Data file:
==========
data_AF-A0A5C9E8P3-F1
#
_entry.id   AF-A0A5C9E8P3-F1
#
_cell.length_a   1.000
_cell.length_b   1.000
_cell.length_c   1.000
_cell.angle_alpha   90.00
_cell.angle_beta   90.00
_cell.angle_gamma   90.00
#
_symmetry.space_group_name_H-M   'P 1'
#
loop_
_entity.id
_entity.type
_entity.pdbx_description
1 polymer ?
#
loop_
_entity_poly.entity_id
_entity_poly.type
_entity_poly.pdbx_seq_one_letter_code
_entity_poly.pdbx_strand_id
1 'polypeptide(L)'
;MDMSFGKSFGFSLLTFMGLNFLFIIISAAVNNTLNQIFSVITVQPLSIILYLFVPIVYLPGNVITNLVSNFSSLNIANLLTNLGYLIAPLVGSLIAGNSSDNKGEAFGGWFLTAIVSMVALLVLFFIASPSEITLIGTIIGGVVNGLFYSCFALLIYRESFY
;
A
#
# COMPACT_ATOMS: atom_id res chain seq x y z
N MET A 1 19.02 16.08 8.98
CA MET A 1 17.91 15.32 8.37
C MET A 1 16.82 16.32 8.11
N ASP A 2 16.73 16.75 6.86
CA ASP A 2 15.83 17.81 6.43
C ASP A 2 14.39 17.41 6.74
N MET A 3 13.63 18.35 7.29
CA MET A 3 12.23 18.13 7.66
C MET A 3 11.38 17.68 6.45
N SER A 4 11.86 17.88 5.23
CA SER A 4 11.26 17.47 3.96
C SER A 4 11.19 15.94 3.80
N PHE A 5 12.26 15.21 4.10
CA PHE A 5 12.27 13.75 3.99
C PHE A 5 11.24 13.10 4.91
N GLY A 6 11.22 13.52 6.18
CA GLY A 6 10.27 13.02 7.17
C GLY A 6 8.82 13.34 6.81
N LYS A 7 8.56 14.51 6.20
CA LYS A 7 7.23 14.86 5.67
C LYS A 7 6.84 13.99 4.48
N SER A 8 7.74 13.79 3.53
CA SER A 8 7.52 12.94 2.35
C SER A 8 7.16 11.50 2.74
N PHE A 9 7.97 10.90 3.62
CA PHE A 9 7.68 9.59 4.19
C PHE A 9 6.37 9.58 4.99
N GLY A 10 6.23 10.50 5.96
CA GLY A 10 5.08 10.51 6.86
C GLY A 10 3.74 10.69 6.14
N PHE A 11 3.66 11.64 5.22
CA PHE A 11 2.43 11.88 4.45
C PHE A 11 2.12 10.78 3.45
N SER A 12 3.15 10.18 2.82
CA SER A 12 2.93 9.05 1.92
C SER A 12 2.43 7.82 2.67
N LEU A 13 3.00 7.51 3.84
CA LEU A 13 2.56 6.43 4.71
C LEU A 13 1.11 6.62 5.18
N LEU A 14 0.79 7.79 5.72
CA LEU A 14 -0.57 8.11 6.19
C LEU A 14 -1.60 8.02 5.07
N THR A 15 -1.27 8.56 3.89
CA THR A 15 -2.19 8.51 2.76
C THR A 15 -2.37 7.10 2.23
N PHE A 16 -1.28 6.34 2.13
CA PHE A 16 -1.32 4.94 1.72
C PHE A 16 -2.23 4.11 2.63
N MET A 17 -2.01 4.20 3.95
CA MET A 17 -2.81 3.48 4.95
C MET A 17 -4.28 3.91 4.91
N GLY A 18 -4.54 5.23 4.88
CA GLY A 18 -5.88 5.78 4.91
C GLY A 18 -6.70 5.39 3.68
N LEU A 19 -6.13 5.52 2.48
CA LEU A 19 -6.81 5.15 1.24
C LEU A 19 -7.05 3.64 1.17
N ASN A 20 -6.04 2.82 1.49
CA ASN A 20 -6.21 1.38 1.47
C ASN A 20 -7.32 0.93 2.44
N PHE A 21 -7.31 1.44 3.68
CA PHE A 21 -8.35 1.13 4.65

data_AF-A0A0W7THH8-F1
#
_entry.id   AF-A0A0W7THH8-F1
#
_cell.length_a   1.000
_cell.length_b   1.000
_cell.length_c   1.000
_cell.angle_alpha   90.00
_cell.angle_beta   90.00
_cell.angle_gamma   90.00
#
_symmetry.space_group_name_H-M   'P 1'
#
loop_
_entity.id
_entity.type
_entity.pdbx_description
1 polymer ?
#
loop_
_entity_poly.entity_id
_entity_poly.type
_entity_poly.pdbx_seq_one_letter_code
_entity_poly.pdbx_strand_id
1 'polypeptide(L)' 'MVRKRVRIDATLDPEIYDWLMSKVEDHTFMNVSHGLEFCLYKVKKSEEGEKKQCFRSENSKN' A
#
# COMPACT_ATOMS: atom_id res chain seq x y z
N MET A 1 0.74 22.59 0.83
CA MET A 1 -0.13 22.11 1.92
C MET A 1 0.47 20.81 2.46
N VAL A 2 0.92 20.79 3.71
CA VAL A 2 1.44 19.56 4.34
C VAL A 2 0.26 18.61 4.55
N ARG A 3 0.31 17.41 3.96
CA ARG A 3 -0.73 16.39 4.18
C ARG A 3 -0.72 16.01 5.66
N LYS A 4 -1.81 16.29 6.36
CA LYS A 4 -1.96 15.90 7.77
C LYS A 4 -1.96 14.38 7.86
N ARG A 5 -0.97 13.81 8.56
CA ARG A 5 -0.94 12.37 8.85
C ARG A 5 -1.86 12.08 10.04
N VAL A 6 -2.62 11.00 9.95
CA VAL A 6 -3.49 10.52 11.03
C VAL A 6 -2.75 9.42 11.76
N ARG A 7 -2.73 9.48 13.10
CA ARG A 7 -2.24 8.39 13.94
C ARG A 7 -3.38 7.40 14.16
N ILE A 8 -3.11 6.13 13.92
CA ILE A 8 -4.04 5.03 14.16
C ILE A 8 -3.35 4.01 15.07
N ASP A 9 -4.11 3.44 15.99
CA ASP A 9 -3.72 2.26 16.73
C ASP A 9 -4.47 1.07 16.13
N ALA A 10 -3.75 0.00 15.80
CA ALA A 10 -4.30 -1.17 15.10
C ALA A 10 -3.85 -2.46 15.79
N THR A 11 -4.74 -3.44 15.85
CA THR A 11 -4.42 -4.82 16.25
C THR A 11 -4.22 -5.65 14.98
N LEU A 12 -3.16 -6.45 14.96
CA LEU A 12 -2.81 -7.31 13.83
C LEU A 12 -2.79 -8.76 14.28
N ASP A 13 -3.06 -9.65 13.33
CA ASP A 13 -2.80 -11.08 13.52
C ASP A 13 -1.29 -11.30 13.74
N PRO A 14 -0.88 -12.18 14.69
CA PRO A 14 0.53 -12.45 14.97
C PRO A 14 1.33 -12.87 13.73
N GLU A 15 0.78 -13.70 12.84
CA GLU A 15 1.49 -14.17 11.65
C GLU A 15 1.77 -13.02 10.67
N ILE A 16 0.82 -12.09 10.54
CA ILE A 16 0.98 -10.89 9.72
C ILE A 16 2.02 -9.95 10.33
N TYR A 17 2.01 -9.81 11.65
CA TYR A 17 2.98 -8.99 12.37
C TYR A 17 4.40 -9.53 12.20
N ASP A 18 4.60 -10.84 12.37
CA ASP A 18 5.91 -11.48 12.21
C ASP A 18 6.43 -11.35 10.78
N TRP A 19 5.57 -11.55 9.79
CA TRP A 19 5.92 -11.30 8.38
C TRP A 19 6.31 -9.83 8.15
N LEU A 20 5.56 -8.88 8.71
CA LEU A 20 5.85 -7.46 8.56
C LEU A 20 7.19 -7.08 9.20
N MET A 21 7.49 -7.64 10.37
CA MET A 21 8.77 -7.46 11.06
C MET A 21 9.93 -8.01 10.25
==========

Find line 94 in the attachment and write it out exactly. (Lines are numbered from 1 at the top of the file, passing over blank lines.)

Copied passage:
#